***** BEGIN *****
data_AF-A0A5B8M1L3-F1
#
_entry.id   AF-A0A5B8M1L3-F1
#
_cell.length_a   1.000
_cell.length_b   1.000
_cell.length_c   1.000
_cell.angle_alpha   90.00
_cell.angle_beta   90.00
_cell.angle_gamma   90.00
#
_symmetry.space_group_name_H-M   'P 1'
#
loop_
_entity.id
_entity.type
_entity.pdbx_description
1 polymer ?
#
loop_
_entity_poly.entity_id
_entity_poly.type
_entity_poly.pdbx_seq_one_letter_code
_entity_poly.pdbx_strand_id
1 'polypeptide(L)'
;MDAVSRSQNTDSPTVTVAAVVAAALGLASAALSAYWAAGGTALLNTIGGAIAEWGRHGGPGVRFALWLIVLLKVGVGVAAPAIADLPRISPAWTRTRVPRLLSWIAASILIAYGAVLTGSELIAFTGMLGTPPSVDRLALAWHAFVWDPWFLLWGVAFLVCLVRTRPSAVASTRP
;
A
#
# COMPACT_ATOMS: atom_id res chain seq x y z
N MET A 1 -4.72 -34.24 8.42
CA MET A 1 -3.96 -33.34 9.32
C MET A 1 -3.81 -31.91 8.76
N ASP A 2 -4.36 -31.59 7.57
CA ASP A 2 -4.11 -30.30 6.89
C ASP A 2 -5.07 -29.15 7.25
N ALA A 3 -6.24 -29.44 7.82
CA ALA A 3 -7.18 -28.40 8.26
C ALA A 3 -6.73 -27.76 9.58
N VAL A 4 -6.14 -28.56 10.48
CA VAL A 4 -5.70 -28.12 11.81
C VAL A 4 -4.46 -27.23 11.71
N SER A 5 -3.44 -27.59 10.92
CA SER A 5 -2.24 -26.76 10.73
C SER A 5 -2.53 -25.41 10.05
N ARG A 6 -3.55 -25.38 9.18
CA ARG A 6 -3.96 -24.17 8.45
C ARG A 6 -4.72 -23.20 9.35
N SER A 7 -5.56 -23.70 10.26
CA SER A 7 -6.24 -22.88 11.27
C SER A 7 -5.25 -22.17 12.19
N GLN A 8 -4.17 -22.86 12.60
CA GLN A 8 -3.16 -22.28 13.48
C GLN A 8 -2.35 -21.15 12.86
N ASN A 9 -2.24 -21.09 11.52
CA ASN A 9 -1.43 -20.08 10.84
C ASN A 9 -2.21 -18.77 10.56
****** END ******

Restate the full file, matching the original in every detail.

data_AF-A0A5B8M1L3-F1
#
_entry.id   AF-A0A5B8M1L3-F1
#
_cell.length_a   1.000
_cell.length_b   1.000
_cell.length_c   1.000
_cell.angle_alpha   90.00
_cell.angle_beta   90.00
_cell.angle_gamma   90.00
#
_symmetry.space_group_name_H-M   'P 1'
#
loop_
_entity.id
_entity.type
_entity.pdbx_description
1 polymer ?
#
loop_
_entity_poly.entity_id
_entity_poly.type
_entity_poly.pdbx_seq_one_letter_code
_entity_poly.pdbx_strand_id
1 'polypeptide(L)'
;MDAVSRSQNTDSPTVTVAAVVAAALGLASAALSAYWAAGGTALLNTIGGAIAEWGRHGGPGVRFALWLIVLLKVGVGVAAPAIADLPRISPAWTRTRVPRLLSWIAASILIAYGAVLTGSELIAFTGMLGTPPSVDRLALAWHAFVWDPWFLLWGVAFLVCLVRTRPSAVASTRP
;
A
#
# COMPACT_ATOMS: atom_id res chain seq x y z
N MET A 1 -4.72 -34.24 8.42
CA MET A 1 -3.96 -33.34 9.32
C MET A 1 -3.81 -31.91 8.76
N ASP A 2 -4.36 -31.59 7.57
CA ASP A 2 -4.11 -30.30 6.89
C ASP A 2 -5.07 -29.15 7.25
N ALA A 3 -6.24 -29.44 7.82
CA ALA A 3 -7.18 -28.40 8.26
C ALA A 3 -6.73 -27.76 9.58
N VAL A 4 -6.14 -28.56 10.48
CA VAL A 4 -5.70 -28.12 11.81
C VAL A 4 -4.46 -27.23 11.71
N SER A 5 -3.44 -27.59 10.92
CA SER A 5 -2.24 -26.76 10.73
C SER A 5 -2.53 -25.41 10.05
N ARG A 6 -3.55 -25.38 9.18
CA ARG A 6 -3.96 -24.17 8.45
C ARG A 6 -4.72 -23.20 9.35
N SER A 7 -5.56 -23.70 10.26
CA SER A 7 -6.24 -22.88 11.27
C SER A 7 -5.25 -22.17 12.19
N GLN A 8 -4.17 -22.86 12.60
CA GLN A 8 -3.16 -22.28 13.48
C GLN A 8 -2.35 -21.15 12.86
N ASN A 9 -2.24 -21.09 11.52
CA ASN A 9 -1.43 -20.08 10.84
C ASN A 9 -2.21 -18.77 10.56